Mediation Services

What is Mediation?

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Chances are you have probably heard about the form of alternative dispute resolution known as “mediation.” Parties in cases filed in Superior Court or federal district court are required to conduct a “mediated settlement conference” (also known as a “mediation,” for short) before their case can be tried. Mediation has become more common in family law cases as well, and it is in fact required by the Mecklenburg County family court in all custody matters, in particular.

A mediator is simply an unbiased trained negotiation professional (often a lawyer) whom the parties hire for a limited time to help them explore the possibility of an out-of-court settlement prior to trial. The mediator’s role is to facilitate communications between or among parties, encouraging each side to weigh any available options for a negotiated agreement against the possible risks and rewards associated with proceeding all the way to trial.

The mediator is not a fact-finder or trier of fact--he or she does not decide or rule on anything at all. And a mediated settlement conference is generally much less formal than a trial or a hearing. Each party’s attorney provides a high-level summary of the case, the legal issues presented, and the facts that may be contested by the parties. The mediator learns enough to get familiar with the case and the people and players involved, and then applies his training and expertise in conflict resolution and negotiation skills to help the parties identify common interests (such as the desire for closure, or to avoiding having to pay more attorneys’ fees and other and costs of litigation). An effective mediator is able to help each party consider carefully the strengths and weaknesses of his or her own case, as well as the strengths and weaknesses of the other party’s case, and to make a wise decision regarding whether continuing with litigation is in each party’s best interests.

Mediation is considered a “non-binding” process , meaning that there is nothing a mediator can do or require of any party, other than good faith participation in the process. There will be no decisions or outcomes from the mediation unless the parties agree. But mediation can result in a binding, enforceable agreement. If they do reach an agreement, the terms they agree to will be written up either in what is called a memorandum of settlement or a full settlement agreement.

When is the right time for mediation?

Kind of like the old saying that “the best day to plant a tree was yesterday, but the next best day is today”--mediation is also frequently more beneficial the sooner it is conducted. In fact, parties can often save substantial attorneys’ fees and expenses (not to mention time) by agreeing to conduct a mediation even before a lawsuit or claim is even filed. But a mediation can be conducted at any time after a case has been filed, but before the issues are submitted to a judge or jury for a binding decision. The sooner a mediation is conducted, if successful, the greater the potential savings.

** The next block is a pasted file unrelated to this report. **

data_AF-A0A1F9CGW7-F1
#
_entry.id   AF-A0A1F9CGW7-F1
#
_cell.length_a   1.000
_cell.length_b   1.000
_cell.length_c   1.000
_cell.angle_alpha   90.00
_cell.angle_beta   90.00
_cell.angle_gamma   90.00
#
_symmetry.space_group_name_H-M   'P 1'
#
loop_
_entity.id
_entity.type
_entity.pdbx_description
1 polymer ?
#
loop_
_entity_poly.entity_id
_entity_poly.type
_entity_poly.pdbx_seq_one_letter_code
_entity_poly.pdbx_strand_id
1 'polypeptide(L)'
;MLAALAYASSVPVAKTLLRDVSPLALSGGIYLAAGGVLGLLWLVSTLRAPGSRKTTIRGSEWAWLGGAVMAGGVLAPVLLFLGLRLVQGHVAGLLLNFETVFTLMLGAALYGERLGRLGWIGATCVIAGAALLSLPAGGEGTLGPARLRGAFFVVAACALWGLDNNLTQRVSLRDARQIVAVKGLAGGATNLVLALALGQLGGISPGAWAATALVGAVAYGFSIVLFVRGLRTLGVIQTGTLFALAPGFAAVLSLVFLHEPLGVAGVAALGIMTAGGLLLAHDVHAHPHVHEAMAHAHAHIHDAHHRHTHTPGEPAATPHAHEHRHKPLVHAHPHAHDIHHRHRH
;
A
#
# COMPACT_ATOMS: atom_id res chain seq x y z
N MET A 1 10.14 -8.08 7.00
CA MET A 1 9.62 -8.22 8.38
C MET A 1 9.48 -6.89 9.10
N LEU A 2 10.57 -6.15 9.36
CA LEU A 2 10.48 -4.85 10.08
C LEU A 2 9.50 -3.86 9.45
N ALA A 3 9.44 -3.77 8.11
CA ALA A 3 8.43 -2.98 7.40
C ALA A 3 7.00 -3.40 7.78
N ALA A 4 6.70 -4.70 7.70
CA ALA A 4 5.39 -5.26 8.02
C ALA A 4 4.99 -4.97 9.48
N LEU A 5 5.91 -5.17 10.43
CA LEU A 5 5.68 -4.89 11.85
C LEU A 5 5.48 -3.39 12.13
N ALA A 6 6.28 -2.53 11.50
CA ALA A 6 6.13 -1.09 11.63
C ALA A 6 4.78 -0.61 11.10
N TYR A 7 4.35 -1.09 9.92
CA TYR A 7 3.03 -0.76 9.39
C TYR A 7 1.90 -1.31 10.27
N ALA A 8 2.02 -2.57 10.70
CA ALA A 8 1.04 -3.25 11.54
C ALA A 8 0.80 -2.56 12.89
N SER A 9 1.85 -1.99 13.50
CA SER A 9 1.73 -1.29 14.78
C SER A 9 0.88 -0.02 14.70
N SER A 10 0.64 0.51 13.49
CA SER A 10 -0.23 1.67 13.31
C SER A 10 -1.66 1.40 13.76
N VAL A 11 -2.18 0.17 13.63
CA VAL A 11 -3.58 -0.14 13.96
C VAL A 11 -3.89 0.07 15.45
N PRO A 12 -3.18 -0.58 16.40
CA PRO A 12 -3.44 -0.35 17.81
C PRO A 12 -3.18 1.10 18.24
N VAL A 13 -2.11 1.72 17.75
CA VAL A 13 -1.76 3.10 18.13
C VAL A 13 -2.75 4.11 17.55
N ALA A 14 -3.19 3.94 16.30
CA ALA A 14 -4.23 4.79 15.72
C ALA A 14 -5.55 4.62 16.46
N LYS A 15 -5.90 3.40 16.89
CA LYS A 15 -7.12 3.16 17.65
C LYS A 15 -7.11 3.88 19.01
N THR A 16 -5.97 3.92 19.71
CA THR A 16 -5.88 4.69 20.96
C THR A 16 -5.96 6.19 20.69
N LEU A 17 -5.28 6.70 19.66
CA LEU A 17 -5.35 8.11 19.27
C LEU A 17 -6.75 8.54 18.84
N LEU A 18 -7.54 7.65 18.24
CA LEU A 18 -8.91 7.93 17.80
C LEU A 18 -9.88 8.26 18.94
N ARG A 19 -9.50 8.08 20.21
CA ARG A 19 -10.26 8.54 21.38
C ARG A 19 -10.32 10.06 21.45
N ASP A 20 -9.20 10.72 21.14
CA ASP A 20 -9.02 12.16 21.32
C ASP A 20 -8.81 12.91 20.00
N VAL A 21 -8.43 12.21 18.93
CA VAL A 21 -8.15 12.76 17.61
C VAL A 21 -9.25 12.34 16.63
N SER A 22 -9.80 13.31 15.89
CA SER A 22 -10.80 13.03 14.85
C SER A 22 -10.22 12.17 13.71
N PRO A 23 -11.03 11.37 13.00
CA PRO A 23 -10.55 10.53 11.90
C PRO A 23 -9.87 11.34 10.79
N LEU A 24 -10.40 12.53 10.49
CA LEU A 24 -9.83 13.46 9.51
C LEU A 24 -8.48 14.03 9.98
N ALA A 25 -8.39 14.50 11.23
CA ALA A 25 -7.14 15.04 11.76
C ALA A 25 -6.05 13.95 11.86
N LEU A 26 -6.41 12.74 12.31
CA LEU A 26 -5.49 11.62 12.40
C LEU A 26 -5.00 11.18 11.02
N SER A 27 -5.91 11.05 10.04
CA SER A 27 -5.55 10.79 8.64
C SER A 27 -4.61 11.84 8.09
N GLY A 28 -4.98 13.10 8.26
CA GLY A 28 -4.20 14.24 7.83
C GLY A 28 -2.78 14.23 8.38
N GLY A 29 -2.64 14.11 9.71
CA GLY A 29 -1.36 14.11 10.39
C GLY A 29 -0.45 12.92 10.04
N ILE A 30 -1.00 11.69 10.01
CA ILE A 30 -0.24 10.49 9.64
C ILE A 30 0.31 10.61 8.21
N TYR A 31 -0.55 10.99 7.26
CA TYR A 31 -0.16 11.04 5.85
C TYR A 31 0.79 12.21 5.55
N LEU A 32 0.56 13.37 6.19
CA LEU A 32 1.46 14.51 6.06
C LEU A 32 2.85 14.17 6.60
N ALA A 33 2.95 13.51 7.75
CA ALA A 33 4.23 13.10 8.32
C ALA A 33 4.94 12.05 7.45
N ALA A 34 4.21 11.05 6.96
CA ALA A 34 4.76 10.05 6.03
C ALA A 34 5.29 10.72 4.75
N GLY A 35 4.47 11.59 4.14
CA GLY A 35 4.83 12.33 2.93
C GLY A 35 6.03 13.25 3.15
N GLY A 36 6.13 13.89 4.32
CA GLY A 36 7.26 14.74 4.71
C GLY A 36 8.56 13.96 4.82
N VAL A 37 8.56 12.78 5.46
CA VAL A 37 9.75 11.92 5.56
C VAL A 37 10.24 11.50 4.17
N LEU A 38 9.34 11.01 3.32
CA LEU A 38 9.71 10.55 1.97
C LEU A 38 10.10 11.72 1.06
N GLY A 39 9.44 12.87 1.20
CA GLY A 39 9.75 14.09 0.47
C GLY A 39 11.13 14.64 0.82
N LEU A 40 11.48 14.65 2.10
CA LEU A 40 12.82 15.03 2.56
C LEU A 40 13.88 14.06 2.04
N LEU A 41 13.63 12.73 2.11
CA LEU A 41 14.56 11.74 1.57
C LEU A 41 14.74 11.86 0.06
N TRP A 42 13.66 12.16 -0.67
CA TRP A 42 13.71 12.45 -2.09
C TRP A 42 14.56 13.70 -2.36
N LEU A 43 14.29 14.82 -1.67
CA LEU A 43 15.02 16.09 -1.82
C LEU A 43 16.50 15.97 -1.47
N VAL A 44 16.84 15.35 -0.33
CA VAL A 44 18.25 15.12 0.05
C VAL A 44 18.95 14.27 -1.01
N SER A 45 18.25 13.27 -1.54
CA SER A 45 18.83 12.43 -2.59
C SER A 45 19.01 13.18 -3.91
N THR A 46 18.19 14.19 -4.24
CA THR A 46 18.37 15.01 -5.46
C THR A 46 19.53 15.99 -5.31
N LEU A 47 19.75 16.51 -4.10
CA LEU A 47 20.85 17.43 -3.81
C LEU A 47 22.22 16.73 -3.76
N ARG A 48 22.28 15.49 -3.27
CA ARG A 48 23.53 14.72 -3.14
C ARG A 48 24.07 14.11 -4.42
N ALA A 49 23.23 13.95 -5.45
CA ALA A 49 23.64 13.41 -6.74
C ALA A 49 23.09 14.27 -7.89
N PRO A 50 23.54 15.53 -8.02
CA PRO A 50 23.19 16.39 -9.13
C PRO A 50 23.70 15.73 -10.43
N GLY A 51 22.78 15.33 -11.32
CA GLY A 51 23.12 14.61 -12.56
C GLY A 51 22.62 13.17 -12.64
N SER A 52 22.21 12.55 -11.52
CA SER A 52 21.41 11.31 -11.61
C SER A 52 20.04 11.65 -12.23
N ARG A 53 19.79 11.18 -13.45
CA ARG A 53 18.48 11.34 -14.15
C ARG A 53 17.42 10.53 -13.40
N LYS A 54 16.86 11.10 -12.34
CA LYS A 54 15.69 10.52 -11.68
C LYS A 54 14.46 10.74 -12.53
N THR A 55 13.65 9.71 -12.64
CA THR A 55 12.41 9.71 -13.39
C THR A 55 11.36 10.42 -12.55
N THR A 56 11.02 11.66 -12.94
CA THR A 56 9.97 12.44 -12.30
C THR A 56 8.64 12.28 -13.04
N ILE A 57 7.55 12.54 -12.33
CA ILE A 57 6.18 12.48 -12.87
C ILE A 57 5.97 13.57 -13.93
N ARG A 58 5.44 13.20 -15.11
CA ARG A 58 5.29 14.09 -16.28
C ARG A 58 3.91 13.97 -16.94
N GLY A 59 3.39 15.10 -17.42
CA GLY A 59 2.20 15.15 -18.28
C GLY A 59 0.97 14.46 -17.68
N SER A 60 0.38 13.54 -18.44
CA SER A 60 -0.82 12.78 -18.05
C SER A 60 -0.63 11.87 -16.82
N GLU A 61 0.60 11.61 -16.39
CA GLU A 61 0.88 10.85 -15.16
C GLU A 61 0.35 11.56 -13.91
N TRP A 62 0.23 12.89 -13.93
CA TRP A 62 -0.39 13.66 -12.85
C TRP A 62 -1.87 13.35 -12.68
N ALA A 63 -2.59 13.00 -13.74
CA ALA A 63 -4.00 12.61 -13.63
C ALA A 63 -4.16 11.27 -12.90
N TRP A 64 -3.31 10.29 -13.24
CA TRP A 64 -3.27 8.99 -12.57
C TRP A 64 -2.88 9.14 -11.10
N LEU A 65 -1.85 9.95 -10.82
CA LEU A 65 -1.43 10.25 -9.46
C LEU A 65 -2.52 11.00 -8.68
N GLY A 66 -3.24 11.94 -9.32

In some cases, though, parties have to experience some of the ups and downs of litigation and the over-optimistically mis-named “discovery” process in order to participate meaningfully in a mediation. Often there may be initial procedural battles that have to be fought before one side or the other becomes more aware that the perceived justice of their cause is no guarantee of success, even in the hands of a skillful and hard-working attorney. Determining the optimal point in the life cycle of a case for a meaningful mediation may be more art than science, and will vary from case to case.

Some separating couples may hire a mediator to help them negotiate a separation agreement., instead of hiring their own individual attorneys. There are some advantages and disadvantages to mediating without having attorneys involved. Contact us for an initial consultation, oor come in together for an Orientation to Family law.,and we will help you evaluate your case to determine which of the many methods of alternative dispute resolution might be most appropriate for your, your family’s, or your business’ unique needs.

Chris Osborn

With 25+ years of practice, Chris Osborn uses his extensive training as a Superior Court mediator and trained collaborative lawyer to help separating and divorcing couples, deadlocked businesses, and families with inheritance disputes find practical, cost-effective solutions to complex problems.

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Osborn Conflict Resolution is located in Charlotte, NC and serves clients in Mecklenburg County, Gaston County, Union County, Iredell County, Lincoln County, and throughout Western North Carolina.

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